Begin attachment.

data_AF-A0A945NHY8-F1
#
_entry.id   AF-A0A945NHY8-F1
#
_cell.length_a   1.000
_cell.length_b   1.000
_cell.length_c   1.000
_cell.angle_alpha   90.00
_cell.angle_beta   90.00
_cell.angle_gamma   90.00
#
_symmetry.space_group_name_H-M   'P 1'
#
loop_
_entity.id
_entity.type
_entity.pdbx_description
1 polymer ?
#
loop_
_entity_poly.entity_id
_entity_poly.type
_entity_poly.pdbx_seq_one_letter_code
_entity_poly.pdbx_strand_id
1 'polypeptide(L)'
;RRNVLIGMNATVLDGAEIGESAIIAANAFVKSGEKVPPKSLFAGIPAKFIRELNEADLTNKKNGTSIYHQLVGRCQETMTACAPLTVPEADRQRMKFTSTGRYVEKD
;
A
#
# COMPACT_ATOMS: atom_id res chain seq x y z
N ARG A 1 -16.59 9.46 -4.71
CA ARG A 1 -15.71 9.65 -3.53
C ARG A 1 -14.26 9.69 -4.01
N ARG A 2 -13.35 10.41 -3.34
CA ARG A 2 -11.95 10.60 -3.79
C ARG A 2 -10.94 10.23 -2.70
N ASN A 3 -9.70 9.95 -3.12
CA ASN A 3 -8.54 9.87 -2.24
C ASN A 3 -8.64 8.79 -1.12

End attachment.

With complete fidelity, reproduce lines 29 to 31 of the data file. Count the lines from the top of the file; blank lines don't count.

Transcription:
#
# COMPACT_ATOMS: atom_id res chain seq x y z
N ARG A 1 -16.59 9.46 -4.71